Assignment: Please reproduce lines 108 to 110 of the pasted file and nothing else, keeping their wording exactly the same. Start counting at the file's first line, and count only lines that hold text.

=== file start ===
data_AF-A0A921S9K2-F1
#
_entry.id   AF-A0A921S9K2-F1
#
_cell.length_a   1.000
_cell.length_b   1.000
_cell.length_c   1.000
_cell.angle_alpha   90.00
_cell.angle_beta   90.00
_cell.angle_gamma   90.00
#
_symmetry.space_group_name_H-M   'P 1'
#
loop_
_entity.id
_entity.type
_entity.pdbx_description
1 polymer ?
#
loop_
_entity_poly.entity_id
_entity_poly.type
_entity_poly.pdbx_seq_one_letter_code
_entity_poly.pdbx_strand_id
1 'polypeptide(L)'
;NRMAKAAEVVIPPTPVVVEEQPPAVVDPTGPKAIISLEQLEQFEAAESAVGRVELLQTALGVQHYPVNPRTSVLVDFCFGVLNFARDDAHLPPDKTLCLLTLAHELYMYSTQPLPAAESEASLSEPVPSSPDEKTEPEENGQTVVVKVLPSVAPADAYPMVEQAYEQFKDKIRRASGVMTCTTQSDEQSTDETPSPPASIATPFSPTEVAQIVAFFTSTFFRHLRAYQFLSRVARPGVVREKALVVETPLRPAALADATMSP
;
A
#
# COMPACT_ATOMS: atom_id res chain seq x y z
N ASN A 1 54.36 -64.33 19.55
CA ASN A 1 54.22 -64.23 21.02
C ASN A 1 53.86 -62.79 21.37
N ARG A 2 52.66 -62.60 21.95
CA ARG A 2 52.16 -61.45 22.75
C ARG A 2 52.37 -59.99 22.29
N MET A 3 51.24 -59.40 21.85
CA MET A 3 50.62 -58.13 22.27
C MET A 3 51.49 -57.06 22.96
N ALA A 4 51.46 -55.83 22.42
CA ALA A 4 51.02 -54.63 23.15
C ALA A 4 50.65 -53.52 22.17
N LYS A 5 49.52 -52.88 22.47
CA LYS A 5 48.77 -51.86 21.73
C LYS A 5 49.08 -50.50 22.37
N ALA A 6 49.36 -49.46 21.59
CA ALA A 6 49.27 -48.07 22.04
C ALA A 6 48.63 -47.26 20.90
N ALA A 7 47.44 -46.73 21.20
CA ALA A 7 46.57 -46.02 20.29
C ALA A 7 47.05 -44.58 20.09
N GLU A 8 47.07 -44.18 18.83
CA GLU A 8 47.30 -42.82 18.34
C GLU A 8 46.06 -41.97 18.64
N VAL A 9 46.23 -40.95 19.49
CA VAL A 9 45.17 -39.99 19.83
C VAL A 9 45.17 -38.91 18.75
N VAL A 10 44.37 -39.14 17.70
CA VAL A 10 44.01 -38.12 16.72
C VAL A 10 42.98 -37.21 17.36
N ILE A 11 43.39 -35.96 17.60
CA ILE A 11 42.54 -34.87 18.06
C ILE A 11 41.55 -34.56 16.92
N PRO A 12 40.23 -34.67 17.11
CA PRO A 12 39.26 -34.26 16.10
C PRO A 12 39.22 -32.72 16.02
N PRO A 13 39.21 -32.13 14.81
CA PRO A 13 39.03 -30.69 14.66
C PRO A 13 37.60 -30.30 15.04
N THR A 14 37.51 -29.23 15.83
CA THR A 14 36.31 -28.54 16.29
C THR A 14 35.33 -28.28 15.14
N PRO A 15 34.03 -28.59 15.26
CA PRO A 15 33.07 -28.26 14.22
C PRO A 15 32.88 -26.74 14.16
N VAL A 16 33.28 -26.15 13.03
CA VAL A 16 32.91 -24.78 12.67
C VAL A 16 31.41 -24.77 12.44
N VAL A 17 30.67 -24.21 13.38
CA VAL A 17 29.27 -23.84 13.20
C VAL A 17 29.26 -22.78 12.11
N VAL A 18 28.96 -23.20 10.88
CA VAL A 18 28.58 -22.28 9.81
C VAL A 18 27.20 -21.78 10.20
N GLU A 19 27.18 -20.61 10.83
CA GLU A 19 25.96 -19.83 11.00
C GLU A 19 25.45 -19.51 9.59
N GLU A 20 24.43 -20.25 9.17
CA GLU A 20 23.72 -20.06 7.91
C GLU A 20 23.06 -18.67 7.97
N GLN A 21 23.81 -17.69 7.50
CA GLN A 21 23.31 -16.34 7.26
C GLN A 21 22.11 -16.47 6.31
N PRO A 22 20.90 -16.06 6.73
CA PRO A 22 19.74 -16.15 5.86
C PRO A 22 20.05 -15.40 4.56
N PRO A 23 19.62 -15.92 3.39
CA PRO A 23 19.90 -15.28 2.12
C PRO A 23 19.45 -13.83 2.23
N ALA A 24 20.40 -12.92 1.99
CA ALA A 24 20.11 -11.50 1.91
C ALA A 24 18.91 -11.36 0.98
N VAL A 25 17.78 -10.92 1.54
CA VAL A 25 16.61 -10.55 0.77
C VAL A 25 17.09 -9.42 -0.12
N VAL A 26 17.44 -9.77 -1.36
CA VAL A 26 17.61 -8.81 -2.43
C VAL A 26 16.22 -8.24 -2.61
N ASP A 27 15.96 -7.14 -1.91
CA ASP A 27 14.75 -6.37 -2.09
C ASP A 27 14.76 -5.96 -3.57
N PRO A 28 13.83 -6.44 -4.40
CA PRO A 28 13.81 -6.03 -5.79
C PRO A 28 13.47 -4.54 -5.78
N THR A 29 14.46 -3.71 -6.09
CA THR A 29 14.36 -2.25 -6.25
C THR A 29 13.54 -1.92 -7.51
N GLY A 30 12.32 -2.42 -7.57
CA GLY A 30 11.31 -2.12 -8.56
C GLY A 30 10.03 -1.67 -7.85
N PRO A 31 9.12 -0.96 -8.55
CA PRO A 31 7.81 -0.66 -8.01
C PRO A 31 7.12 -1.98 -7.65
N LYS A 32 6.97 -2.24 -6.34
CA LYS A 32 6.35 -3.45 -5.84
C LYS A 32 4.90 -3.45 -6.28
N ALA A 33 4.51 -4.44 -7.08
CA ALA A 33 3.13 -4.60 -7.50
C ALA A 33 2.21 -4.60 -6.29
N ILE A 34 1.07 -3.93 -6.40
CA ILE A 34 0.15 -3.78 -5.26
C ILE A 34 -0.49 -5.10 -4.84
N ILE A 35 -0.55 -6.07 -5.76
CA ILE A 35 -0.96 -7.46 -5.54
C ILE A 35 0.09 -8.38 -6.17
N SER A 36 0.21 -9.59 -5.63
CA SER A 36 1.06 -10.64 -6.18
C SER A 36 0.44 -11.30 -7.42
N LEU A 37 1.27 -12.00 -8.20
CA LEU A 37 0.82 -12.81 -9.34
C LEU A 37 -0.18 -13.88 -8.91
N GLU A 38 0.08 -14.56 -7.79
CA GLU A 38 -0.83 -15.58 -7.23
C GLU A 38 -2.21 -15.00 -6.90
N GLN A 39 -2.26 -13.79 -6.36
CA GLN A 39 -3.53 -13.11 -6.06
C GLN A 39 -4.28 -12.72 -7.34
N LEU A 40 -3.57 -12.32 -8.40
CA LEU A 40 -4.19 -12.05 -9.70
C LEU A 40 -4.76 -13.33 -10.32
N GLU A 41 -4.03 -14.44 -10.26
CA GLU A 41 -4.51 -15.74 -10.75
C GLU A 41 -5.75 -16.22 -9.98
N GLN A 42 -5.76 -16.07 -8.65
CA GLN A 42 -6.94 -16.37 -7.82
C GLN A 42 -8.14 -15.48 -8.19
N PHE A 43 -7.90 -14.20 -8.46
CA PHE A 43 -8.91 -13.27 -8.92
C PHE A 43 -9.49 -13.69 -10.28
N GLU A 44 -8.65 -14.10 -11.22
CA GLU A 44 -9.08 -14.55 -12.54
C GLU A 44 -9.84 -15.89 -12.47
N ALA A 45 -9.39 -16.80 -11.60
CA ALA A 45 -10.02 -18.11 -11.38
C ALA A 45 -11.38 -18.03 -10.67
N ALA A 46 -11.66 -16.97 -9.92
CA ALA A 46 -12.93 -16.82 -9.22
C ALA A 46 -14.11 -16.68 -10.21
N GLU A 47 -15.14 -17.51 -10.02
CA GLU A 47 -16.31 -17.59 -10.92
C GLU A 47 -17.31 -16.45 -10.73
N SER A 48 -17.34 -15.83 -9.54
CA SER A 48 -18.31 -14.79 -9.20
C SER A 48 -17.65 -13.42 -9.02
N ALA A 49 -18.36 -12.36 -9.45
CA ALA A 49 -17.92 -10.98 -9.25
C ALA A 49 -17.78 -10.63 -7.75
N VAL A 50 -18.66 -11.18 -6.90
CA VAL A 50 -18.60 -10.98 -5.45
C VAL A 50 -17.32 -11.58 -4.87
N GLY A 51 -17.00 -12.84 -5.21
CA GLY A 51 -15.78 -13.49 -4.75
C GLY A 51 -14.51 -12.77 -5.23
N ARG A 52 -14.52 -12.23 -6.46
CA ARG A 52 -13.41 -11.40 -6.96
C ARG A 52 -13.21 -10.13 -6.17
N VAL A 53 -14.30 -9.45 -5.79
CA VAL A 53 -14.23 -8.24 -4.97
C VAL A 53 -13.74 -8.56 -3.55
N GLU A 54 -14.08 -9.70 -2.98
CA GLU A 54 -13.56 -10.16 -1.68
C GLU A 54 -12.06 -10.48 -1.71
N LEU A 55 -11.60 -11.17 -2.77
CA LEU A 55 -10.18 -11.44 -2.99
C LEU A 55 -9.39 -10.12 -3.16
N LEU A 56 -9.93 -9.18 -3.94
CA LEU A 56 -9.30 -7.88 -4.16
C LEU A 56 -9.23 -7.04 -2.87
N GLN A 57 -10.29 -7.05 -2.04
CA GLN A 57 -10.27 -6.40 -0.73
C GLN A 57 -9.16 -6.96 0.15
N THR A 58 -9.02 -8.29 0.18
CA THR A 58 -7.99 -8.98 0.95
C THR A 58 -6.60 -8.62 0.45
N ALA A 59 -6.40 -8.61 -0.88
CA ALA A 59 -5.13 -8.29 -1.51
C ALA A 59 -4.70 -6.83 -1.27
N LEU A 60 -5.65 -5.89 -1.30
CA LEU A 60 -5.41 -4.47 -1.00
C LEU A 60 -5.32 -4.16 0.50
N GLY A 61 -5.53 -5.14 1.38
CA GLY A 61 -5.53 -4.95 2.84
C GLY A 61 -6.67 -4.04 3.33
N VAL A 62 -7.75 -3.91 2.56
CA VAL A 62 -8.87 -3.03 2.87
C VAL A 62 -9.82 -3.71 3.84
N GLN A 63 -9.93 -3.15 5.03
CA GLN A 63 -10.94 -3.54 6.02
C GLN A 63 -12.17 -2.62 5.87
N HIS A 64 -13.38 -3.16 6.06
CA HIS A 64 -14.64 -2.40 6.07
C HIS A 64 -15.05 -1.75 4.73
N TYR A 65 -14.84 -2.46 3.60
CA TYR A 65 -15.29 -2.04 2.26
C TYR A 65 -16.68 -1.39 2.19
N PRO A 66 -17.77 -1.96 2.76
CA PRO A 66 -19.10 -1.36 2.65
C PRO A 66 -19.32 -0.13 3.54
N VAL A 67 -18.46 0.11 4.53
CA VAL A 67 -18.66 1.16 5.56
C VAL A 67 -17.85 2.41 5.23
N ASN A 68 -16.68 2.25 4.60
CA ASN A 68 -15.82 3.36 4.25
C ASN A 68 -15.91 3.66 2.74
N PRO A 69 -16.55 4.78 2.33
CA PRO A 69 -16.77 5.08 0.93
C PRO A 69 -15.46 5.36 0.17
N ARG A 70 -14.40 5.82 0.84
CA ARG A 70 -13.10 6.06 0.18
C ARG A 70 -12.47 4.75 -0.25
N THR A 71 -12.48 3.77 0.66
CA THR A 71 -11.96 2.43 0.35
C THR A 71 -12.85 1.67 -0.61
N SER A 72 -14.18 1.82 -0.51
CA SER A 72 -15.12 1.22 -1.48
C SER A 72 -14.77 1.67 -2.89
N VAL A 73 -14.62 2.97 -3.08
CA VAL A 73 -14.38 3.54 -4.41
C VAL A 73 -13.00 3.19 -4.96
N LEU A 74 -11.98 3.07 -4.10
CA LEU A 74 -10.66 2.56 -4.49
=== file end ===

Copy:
C VAL A 26 16.22 -8.24 -2.61
N ASP A 27 15.96 -7.14 -1.91
CA ASP A 27 14.75 -6.37 -2.09